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Important Exploration. — A discovery has been made during the past three weeks which adds wonderfully to our knowledge of the geography of the Province of Canterbury, and throws a good deal of light upon the hitherto imperfectly known formation of this middlt island of New Zealand. As u«ual in these cases the wouder is, not that circumstances are found to be as they are, but that they have not been known to be «o long before now. The result of an txpedition under Mr. Dobson the Provincial engineer shows th«t the saddle betwean the Hurunui and the stream running westward, no doubt the Brunner, is only a little more than thirty miles from the West Coast, and, though the highest point of the line traversed, is only about 1000 feet above the sea level, or the height of the bridle path hill above Lyttelton. The road from that point to Christchurch wants but .very little to be passable for drays, and there can be nj doub: the West Coast is equally accessible. A few miles down the Hurunui the valley has a branch to the north-west which is terminated by a low saddle, behind which i» evidently the river Grey, said by Brunner to pass through a valley (50 miles long and full of lakes. Mr. Dobson was not contented with discovering the country, but has laid out a road of easy execution to traverse it. The whole available land discovered was on Wednesday taken up as sheep runs at tha Land Office. When we cons'der the facts now determined that this island, instead of being longitudinally divided by a backbone range of snowy mountains, is traversibl* laterally by a road nowhere getting more tha/i IOOi- feet above high water mark ; that this line opens the West Coast to us and passes through a piece of County which, instead of being rock and snow, is a smiling and beautiful valley with almost every capability for ÜBe ; . that abundance of timber is thus afforded to the destitute plain of the Hurunui ; and that an extensive teritrory is here added to our Province, we hare surely said enough to show the importance of the discovery. It ir almost too exciting to be told that the protruding rock in the neighbourhood, described as abounding in quartz, indicates the more than probable presence of gold. What a splendid location for a township this valley would be, in the very centre of auriferous mountains ! Mr. Fitzgerald, the late Superintendent of Canterbury, was a passenger by the James Gibson, which sailed from Lyttelton for Sydney on the jJOth Sept.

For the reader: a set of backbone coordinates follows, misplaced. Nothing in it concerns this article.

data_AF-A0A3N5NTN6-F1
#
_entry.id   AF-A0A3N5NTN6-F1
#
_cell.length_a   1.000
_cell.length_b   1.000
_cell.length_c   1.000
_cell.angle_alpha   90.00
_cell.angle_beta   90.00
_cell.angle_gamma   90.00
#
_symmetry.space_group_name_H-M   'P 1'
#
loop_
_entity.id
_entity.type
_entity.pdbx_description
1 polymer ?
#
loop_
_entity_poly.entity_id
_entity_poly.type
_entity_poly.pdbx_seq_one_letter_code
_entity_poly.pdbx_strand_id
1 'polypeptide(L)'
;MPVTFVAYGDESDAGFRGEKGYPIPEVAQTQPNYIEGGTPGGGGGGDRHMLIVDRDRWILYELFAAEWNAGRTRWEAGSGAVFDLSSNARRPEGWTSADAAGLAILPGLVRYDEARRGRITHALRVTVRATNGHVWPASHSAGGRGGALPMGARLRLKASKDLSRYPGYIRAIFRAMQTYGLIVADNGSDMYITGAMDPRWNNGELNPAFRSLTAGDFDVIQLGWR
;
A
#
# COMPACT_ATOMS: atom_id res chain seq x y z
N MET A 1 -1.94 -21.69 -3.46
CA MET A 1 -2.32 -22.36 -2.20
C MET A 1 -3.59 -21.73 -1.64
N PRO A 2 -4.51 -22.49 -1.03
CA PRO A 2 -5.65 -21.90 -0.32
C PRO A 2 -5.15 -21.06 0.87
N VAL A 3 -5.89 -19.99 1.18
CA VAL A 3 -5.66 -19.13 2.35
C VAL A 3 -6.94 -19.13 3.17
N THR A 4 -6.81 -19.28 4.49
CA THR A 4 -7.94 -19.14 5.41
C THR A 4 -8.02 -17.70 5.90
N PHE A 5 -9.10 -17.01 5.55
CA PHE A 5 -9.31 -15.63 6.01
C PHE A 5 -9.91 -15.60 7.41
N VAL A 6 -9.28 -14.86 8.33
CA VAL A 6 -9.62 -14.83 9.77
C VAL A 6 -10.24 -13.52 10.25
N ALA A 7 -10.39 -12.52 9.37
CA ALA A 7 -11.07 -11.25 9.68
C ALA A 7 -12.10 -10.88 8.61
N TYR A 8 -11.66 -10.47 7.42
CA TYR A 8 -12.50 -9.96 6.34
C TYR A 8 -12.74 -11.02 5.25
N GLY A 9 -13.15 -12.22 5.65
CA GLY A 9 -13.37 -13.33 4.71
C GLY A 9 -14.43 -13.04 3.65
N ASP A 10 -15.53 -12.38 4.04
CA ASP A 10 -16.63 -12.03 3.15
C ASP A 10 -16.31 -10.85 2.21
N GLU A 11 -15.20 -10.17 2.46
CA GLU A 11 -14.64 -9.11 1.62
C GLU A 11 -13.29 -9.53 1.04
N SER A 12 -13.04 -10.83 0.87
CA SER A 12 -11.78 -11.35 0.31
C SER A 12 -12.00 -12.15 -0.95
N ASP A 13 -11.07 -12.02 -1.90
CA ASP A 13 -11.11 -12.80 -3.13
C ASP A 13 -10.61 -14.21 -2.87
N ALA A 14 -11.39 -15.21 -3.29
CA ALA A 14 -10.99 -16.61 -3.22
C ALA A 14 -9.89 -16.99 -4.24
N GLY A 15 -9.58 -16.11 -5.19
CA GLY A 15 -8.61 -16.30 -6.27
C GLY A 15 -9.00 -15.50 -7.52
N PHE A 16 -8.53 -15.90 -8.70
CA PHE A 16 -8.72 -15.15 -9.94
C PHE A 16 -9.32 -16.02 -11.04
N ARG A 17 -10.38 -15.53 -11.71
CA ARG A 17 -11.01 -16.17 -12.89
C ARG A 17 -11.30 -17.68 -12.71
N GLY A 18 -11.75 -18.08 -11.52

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Bibliographic details

CANTERBURY., Daily Southern Cross, Volume XIV, Issue 1084, 17 November 1857

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CANTERBURY. Daily Southern Cross, Volume XIV, Issue 1084, 17 November 1857